You've probably seen this lady before. She's the one in your neighbor's yard and tattooed on some hurly-burly's arm. You might have even heard talk of a miraculous appearance of her image. Being Jesus's mom really does wonders for a woman.
We have Luke to thank for making Mary a star.
Think about it. In Matthew's account of Jesus's birth, pride of place is given to Mary's fiancé, Joseph. The angel appears to him, and Mary receives little more than an honorable mention (Matthew 1:18-2:23).
In Luke, their roles are completely reversed. Joseph's ancestry is important—it goes all the way back to king David, the patriarchs, Adam, and, that's right, God (1:27; 3:23-38). But Mary gets all the good plot points:
- The angel Gabriel appears to Mary (1:30-33).
- God impregnates Mary (1:35). (Think about how different things would have been if God had impregnated Joseph. Now that's a story.)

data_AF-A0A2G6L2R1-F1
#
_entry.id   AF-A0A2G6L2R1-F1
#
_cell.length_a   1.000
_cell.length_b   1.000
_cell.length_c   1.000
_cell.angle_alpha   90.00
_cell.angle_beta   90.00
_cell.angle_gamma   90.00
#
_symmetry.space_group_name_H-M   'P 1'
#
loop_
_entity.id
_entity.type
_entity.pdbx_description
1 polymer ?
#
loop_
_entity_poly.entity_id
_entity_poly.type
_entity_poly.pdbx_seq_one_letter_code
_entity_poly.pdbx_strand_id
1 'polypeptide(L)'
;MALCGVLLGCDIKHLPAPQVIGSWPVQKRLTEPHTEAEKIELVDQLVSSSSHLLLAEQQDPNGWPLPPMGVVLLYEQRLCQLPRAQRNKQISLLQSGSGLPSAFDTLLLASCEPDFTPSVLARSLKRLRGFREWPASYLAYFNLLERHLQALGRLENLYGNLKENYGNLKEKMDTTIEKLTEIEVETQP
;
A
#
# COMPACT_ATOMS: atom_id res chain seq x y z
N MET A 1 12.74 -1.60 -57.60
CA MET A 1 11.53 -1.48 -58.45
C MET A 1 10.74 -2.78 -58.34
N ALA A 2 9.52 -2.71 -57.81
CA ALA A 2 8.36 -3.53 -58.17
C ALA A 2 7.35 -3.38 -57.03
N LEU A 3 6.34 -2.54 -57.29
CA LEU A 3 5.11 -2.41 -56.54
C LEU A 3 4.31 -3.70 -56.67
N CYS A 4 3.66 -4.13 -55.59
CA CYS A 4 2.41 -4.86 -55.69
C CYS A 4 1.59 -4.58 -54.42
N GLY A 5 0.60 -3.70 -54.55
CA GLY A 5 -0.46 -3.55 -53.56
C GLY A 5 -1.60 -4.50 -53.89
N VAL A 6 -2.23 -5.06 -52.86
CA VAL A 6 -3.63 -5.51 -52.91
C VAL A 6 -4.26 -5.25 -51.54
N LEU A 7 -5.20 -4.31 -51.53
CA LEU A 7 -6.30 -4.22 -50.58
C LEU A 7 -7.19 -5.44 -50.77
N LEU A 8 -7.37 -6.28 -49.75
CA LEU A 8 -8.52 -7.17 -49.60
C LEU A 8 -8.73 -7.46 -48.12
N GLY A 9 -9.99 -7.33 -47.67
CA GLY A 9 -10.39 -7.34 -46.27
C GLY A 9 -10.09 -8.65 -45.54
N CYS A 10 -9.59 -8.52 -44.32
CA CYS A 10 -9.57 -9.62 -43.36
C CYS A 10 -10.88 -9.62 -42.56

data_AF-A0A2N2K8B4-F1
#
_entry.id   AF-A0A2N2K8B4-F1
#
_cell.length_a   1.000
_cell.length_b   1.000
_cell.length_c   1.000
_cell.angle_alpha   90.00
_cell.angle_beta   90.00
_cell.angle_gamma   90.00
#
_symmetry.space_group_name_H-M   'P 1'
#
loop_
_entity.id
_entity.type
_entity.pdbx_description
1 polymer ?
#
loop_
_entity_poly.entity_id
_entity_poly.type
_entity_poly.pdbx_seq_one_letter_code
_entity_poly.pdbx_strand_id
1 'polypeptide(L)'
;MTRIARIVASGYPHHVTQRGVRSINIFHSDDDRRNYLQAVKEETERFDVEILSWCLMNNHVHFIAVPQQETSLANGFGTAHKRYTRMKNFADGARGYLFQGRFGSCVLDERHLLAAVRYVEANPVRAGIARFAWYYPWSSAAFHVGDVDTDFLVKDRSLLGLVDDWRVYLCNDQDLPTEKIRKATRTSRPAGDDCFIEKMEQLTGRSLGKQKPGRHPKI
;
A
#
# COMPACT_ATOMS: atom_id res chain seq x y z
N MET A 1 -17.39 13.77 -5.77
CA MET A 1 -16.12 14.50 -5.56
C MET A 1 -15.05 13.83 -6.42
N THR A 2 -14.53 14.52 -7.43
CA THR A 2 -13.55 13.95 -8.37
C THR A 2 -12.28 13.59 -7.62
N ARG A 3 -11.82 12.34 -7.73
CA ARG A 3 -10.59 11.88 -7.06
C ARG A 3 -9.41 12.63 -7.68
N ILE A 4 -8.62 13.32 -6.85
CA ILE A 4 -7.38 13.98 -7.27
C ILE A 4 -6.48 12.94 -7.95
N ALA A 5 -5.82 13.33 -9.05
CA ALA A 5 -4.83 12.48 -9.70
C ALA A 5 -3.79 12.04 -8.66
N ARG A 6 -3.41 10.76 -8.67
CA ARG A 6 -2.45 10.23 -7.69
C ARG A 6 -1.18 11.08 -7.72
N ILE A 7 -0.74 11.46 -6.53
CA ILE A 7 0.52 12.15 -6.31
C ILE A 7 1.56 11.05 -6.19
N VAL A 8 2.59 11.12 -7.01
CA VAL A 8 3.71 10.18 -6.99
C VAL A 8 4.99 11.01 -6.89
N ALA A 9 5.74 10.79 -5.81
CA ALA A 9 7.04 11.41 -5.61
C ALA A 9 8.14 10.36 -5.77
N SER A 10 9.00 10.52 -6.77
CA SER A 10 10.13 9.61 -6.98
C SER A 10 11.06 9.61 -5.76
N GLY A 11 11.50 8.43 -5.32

- Mary visits her cousin Elizabeth, who calls Mary "blessed" and the "the mother of my Lord" (1:42-43; also, 11:27).
- Mary utters a poetic and prophetic prayer to God that's now known by some as the "Magnificat" (1:46-53).
She's Only Human
In some forms of Christianity, Mary has achieved an almost divine (or at times totally divine) persona. This is partially thanks to Luke's focus on her, but he does include some very human touches that underline that she really is mortal—just like us.
- Like Zechariah (1:18), Mary doubts Gabriel's news that she will bear a child: "How can this be, since I am a virgin?" (1:34).
- Like any mother she is distraught about her missing twelve-year-old son Jesus and scolds him when she finds him in Jerusalem's temple (2:48).
- And even after all of the prophecies that occurred at the time of his birth she fails to understand what the twelve-year-old Jesus is talking about when he says that it's necessary for him to be in his father's house (2:49-50).
Mary gets a pretty cold exit in Luke's gospel. When Jesus hears that she and her sons want to see him, Jesus redefines his family as "those who hear the word of God and do it" (8:21). Sorry, Mom, but blood-ties just won't cut it.
What gives? Why this harsh final cameo for Mary? And why is her role in culture so enduring despite it?